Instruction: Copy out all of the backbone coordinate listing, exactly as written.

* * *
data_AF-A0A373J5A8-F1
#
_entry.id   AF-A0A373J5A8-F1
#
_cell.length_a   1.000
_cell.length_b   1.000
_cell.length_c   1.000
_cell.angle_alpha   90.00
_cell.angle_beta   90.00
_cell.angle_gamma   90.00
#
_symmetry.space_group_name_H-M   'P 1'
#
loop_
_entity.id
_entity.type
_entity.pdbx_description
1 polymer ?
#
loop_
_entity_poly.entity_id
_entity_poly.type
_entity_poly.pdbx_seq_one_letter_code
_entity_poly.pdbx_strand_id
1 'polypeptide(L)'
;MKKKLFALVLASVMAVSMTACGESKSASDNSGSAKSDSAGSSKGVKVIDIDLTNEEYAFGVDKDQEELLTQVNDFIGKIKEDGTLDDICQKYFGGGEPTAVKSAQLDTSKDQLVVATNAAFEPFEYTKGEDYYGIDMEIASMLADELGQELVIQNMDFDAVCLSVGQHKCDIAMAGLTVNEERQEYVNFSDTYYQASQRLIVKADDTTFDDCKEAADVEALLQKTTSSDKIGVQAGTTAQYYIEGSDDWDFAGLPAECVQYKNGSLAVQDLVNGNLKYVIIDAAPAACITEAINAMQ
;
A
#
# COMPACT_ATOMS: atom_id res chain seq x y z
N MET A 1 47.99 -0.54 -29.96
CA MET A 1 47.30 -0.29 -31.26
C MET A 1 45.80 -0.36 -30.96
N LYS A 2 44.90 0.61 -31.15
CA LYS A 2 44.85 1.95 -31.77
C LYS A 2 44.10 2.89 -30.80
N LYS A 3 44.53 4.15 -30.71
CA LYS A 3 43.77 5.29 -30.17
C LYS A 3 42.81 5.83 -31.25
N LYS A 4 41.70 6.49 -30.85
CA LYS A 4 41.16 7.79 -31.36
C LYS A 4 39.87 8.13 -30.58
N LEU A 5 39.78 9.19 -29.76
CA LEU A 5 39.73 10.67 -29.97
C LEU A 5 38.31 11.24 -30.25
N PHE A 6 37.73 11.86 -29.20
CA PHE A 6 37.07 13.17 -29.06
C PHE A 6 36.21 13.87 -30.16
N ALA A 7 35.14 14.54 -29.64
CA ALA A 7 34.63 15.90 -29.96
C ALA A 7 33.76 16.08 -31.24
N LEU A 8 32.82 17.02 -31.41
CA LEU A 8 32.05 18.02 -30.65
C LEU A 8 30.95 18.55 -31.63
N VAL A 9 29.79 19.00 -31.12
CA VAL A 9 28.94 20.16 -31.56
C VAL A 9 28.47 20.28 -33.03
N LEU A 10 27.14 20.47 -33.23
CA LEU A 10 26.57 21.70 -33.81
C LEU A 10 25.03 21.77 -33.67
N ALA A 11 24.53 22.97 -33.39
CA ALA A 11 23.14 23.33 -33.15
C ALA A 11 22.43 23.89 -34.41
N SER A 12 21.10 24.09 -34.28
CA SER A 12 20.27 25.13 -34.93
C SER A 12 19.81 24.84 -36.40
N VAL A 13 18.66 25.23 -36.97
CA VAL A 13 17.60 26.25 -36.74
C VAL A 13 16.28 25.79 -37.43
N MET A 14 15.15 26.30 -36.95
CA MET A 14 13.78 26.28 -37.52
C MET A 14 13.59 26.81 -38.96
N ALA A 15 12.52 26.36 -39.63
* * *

data_AF-A0A373J5A8-F1
#
_entry.id   AF-A0A373J5A8-F1
#
_cell.length_a   1.000
_cell.length_b   1.000
_cell.length_c   1.000
_cell.angle_alpha   90.00
_cell.angle_beta   90.00
_cell.angle_gamma   90.00
#
_symmetry.space_group_name_H-M   'P 1'
#
loop_
_entity.id
_entity.type
_entity.pdbx_description
1 polymer ?
#
loop_
_entity_poly.entity_id
_entity_poly.type
_entity_poly.pdbx_seq_one_letter_code
_entity_poly.pdbx_strand_id
1 'polypeptide(L)'
;MKKKLFALVLASVMAVSMTACGESKSASDNSGSAKSDSAGSSKGVKVIDIDLTNEEYAFGVDKDQEELLTQVNDFIGKIKEDGTLDDICQKYFGGGEPTAVKSAQLDTSKDQLVVATNAAFEPFEYTKGEDYYGIDMEIASMLADELGQELVIQNMDFDAVCLSVGQHKCDIAMAGLTVNEERQEYVNFSDTYYQASQRLIVKADDTTFDDCKEAADVEALLQKTTSSDKIGVQAGTTAQYYIEGSDDWDFAGLPAECVQYKNGSLAVQDLVNGNLKYVIIDAAPAACITEAINAMQ
;
A
#
# COMPACT_ATOMS: atom_id res chain seq x y z
N MET A 1 47.99 -0.54 -29.96
CA MET A 1 47.30 -0.29 -31.26
C MET A 1 45.80 -0.36 -30.96
N LYS A 2 44.90 0.61 -31.15
CA LYS A 2 44.85 1.95 -31.77
C LYS A 2 44.10 2.89 -30.80
N LYS A 3 44.53 4.15 -30.71
CA LYS A 3 43.77 5.29 -30.17
C LYS A 3 42.81 5.83 -31.25
N LYS A 4 41.70 6.49 -30.85
CA LYS A 4 41.16 7.79 -31.36
C LYS A 4 39.87 8.13 -30.58
N LEU A 5 39.78 9.19 -29.76
CA LEU A 5 39.73 10.67 -29.97
C LEU A 5 38.31 11.24 -30.25
N PHE A 6 37.73 11.86 -29.20
CA PHE A 6 37.07 13.17 -29.06
C PHE A 6 36.21 13.87 -30.16
N ALA A 7 35.14 14.54 -29.64
CA ALA A 7 34.63 15.90 -29.96
C ALA A 7 33.76 16.08 -31.24
N LEU A 8 32.82 17.02 -31.41
CA LEU A 8 32.05 18.02 -30.65
C LEU A 8 30.95 18.55 -31.63
N VAL A 9 29.79 19.00 -31.12
CA VAL A 9 28.94 20.16 -31.56
C VAL A 9 28.47 20.28 -33.03
N LEU A 10 27.14 20.47 -33.23
CA LEU A 10 26.57 21.70 -33.81
C LEU A 10 25.03 21.77 -33.67
N ALA A 11 24.53 22.97 -33.39
CA ALA A 11 23.14 23.33 -33.15
C ALA A 11 22.43 23.89 -34.41
N SER A 12 21.10 24.09 -34.28
CA SER A 12 20.27 25.13 -34.93
C SER A 12 19.81 24.84 -36.40
N VAL A 13 18.66 25.23 -36.97
CA VAL A 13 17.60 26.25 -36.74
C VAL A 13 16.28 25.79 -37.43
N MET A 14 15.15 26.30 -36.95
CA MET A 14 13.78 26.28 -37.52
C MET A 14 13.59 26.81 -38.96
N ALA A 15 12.52 26.36 -39.63